Introduction to Tourism and Hospitality in BC
Morgan Westcott, LinkBC
Geoffrey Bird, Royal Roads University
Peter Briscoe, Vancouver Island University
Pub Date: 2015
Conditions of Use
This serves as a comprehensive view of tourism in British Columbia. Along the way, the text can serve as a solid introduction to tourism concepts read more
This serves as a comprehensive view of tourism in British Columbia. Along the way, the text can serve as a solid introduction to tourism concepts more generally (e.g., what is tourism, travel and transport, hospitality services, marketing, etc.) The chapter on Aboriginal Tourism is particularly helpful.
The content is accurate and well sourced. The good use of sources to support the text helps greatly with the text's accuracy.
The content is up-to-date. It will need frequent updates, but this is not unique to this particular work. Tourism, marketing, and the ways in which people consume tourism products are constantly changing. The chapter on upcoming trends will obviously need updates from time to time, but other parts of the text can be updated without too much effort. Some of the case studies will also need to be refreshed so that they don't seem dated.
The book is clearly written in a way that will be accessible to most undergraduates. Although the text introduces terms that are relevant to the topic, each section includes a list of key terms to help students navigate this. These are also assembled into a glossary at the end. The jargon and special vocabulary that is used is necessary to understanding the topics under discussion.
The book seems consistent in tone. Each chapter has a similar look to it, making it easier for students to navigate.
Although not long for a printed work, the chapters seem a little long for an online text, which can sometimes benefit from shorter sections. It would be relatively easy to break readings out by subheadings if one wished to do so. The chapters are in a logical sequence, but if a professor wished to have students read them in a different order, this should not cause much trouble in terms of comprehension.
The chapters in the text are presented in a logical sequence. My only bone to pick is that the chapter on Aboriginal Tourism did not seem to flow well. This is partly because it is the only specific type of tourism that was specifically addressed with its own chapter. The topic is necessary and important. I am glad the chapter is there. However, since it is the only chapter of its type, it ends up feeling somewhat like an orphan in terms of the flow of the text.
The book works fine in terms of interface. I had no problems with navigation. The images were all clear. The text itself was formatted in a way that would be helpful for students, to highlight for them material that they should study. The format for the text was consistent throughout.
I did not find any grammatical errors.
The text seemed to be culturally sensitive. The photographs in the text rarely featured people at all, but when they did they reflected some diversity. The case studies could have been better used to highlight issues of diversity.
The text makes good use of case studies. The visual cues within the text serve as signposts for students. The text is clear and understandable. It covers important introductory concepts about tourism, in addition to concepts related specific to tourism in British Columbia, Canada. The chapter, Aboriginal Tourism, included material that is sometimes hard to find in other texts and thus was particularly valuable. This is a good textbook.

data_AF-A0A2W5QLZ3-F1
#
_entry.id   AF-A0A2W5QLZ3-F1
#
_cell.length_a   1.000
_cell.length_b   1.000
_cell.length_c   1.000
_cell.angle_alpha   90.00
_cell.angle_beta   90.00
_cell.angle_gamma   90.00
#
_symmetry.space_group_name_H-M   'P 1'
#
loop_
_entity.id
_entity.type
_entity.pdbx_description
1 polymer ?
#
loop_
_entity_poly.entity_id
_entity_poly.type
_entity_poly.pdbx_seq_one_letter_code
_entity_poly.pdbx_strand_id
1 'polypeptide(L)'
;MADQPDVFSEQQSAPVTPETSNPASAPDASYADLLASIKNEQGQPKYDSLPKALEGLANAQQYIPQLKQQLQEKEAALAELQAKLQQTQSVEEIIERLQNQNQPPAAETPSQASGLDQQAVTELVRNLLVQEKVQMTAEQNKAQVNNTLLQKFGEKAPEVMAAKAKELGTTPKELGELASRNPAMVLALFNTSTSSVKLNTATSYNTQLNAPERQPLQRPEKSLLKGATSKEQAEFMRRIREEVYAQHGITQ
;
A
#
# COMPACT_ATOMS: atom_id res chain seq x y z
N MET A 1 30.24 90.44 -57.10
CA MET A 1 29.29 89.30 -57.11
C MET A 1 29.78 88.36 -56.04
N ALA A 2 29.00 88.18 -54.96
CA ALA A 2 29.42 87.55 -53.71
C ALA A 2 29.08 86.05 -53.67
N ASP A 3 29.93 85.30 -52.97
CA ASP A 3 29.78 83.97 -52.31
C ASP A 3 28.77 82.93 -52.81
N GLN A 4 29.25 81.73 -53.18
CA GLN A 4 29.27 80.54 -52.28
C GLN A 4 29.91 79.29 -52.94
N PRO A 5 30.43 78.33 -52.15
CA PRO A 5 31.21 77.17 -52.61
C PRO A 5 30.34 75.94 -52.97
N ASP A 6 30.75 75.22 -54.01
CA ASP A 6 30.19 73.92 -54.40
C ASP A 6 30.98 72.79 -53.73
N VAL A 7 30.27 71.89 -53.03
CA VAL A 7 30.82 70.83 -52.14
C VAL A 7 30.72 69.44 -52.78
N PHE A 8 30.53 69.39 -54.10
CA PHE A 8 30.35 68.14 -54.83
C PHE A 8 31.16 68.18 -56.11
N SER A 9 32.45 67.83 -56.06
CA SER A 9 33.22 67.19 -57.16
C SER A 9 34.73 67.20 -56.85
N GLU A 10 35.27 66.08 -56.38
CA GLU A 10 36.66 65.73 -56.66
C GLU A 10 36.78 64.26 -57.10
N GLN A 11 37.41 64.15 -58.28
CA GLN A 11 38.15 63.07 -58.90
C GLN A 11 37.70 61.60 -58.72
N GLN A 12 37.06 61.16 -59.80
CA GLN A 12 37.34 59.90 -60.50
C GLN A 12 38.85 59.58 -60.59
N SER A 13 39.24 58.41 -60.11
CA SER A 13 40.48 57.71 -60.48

The text offers a wide variety of topics for an introductory course. Some chapters I found to be quite unique such as: Aboriginal Tourism and read more
The text offers a wide variety of topics for an introductory course. Some chapters I found to be quite unique such as: Aboriginal Tourism and Environmental Stewardship. Excellent additions to a survey course! While the text is intended to be focused on British Columbia, it does limit itself by only offering an introduction and closing chapter with a larger context. Bottom line: for what the course covers, it is comprehensive. There is a glossary, but the text lacks an index.
I am not familiar enough with hospitality and tourism in British Columbia to assess the accuracy of all topics. What I can observe are the selection of authors are well-recognized as subject matter experts and the chapters are cited and documented thoroughly. Having toured in BC myself, the text enhanced my understanding of the Provence.
This text is focused narrowly on the British Columbia and as such limits its relevancy to those interested in study of the region. I reviewed both the printed copy and the online version of the textbook and noted there were several revisions and updates in the online version. This implies the authors’ commitment to the longevity by keeping content current.
The text has a nice layout to each of the chapters which adds to the clarity. These comments will flow through to the next section on consistency, so I am reviewing these in tandem. Each chapter begins with Learning Objectives, contains “Spotlight on” and “Take a closer look” inserts, and ends with Key Terms, Exercises and a Case Study. Finally, there is a complete bibliography for each chapter. From both a teaching and student perspective, having clear consistent content facilitates the learning process.
Following my previous comments on clarity, the construction of each chapter includes headings followed by concise topics. Photos, web links, and tables support further research by the students without creating distractions. In other words, the student will know what to expect each time they encounter a “Take a closer look” insert and can return to the main reading once they have discovered a bit more about the topic.
Each chapter is designed to stand on its own merit. I would open with the Ch. 1: History and Overview and conclude with Ch. 14: Back to the Big Picture chapters as the text is constructed. Outside of these bookends, I would feel flexible to mix and match the chapters in any sequence. While they can be presented independently, they are outlined to be presented in a nice flow in how it is presently designed.
This is truly the textbook’s strong point. It is organized with flexibility in mind, yet flows nicely start to finish. Each chapter is organized in the same fashion, making it consistent and provides smooth transitions between topics. This is important for both students and instructors.